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10 Articles in Volume 16, Issue #5
A Review of Skeletal Muscle Relaxants for Pain Management
Applying Kinesiology as a Multi-Prong Approach to Pain Management
Arachnoiditis: Diagnosis and Treatment
Bench to Bedside: Clinical Tips from APS Poster Presentations
Conversation With David Williams, PhD, President of the American Pain Society
Letters to the Editor: Prince Fentanyl Overdose, High-Dose Opioids, Mystery Care
Los Angeles Times Versus Purdue Pharma: Is 12-Hour Dosing of OxyContin Appropriate?
My Experience With OxyContin 12-Hour Dosing
Technology: Changing the Delivery of Healthcare
The Neuroscience of Pain

Technology: Changing the Delivery of Healthcare

From smartphones, Fitbits, and implantable glucose monitors, technology is now a part of our lives. Learn more about how you can incorporate these technologies into your practice.

The Affordable Care Act (ACA), and the broad initiative known as healthcare reform, seeks to ensure quality healthcare to all Americans while reducing or stabilizing costs. But the effort requires more than a simple mandate or new legislation that changes the way we conduct the business of healthcare. It also requires that patients assume greater personal responsibility for their health. Now, a surge in new technology development is helping them do just that.

The New Healthcare Model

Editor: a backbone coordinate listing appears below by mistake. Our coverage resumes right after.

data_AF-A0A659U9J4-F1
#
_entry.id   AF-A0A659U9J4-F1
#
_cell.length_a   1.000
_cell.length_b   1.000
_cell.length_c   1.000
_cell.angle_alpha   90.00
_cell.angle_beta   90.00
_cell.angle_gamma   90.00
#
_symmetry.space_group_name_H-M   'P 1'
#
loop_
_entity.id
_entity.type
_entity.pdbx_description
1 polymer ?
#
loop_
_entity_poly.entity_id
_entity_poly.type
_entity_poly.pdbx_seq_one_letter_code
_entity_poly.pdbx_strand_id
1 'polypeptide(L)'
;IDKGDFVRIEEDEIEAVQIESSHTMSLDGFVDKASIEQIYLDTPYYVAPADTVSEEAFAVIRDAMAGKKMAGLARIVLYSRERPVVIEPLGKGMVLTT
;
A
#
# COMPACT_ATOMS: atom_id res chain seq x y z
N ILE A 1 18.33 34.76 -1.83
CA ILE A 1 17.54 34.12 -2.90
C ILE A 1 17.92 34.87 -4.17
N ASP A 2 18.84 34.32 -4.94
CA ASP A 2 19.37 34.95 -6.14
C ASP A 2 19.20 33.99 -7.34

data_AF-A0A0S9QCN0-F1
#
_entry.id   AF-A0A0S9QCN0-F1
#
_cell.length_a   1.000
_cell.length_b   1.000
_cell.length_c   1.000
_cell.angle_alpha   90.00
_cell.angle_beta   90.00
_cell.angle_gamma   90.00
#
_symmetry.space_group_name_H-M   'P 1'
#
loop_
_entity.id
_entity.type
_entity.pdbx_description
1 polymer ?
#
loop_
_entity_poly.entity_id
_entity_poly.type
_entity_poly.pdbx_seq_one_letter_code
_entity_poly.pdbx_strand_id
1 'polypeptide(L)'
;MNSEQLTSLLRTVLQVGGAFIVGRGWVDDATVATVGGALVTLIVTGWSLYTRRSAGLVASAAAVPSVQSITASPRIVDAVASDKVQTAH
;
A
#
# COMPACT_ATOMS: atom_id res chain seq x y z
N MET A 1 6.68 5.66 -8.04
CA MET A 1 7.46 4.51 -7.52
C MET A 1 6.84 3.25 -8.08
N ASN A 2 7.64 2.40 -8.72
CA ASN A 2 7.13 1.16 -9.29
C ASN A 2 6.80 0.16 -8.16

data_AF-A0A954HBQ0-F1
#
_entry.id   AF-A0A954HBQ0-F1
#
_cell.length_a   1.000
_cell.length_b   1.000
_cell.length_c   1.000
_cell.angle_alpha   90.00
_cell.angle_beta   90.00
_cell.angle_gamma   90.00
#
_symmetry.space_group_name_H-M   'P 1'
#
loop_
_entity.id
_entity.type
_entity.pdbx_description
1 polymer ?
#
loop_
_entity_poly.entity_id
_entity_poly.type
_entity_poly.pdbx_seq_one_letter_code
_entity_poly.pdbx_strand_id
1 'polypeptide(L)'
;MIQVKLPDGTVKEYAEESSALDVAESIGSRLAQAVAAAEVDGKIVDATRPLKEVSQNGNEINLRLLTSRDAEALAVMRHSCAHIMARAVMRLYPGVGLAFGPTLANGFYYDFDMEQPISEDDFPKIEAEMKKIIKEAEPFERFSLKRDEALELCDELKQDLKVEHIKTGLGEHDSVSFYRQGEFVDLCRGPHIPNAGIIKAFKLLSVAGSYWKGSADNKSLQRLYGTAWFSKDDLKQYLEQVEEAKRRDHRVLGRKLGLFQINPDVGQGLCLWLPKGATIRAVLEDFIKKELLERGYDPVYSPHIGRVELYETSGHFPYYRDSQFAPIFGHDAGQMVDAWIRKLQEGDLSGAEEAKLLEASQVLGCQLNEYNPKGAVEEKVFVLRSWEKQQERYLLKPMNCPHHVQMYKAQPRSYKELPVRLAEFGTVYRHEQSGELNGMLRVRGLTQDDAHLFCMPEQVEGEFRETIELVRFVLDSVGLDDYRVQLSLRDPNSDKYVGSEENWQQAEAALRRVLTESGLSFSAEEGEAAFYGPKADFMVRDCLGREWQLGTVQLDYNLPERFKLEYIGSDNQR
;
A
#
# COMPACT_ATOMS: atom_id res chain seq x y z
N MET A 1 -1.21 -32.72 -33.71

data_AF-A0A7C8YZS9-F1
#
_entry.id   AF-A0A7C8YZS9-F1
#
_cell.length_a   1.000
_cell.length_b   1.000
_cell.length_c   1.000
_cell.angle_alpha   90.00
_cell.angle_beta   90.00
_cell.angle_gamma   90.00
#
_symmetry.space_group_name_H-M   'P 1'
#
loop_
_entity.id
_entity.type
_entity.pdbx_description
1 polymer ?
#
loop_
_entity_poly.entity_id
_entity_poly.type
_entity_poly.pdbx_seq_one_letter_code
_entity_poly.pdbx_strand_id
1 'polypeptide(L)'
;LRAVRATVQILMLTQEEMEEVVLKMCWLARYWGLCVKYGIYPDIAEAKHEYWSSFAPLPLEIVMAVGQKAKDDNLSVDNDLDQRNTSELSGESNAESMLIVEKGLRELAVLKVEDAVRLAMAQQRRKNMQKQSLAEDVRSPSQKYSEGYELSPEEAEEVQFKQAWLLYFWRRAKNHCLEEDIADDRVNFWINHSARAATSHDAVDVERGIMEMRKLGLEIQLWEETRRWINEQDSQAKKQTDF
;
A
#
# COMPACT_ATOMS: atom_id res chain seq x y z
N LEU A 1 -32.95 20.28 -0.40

Healthcare reform has brought profound changes in both healthcare delivery and the economic incentives for providers. One of the most important changes has been the gradual phasing out of the fee-for-service model, in which providers are paid for each visit and procedure. The problem with that model, experts say, is that it incentivizes the wrong behavior, reimbursing providers for service intensity rather than effectiveness. It encourages medical professionals to administer more tests, see patients more often, and perform more procedures, which is often economically wasteful and, as studies show, does not result in healthier individuals.  

Indeed, the fee-for-service model means the provider is rewarded the sicker an individual becomes and the more care that is required. When provider payments are tethered to optimal patient outcomes, on the other hand, patient and provider interests are aligned and costs come down.

Healthcare reform also changes incentives for patients. The ACA makes healthcare insurance coverage mandatory. To reduce the costs of coverage, many plans provide discounts and other financial incentives for those who take more responsibility for their health. Preventive services, for example, are often provided at no or minimal charge.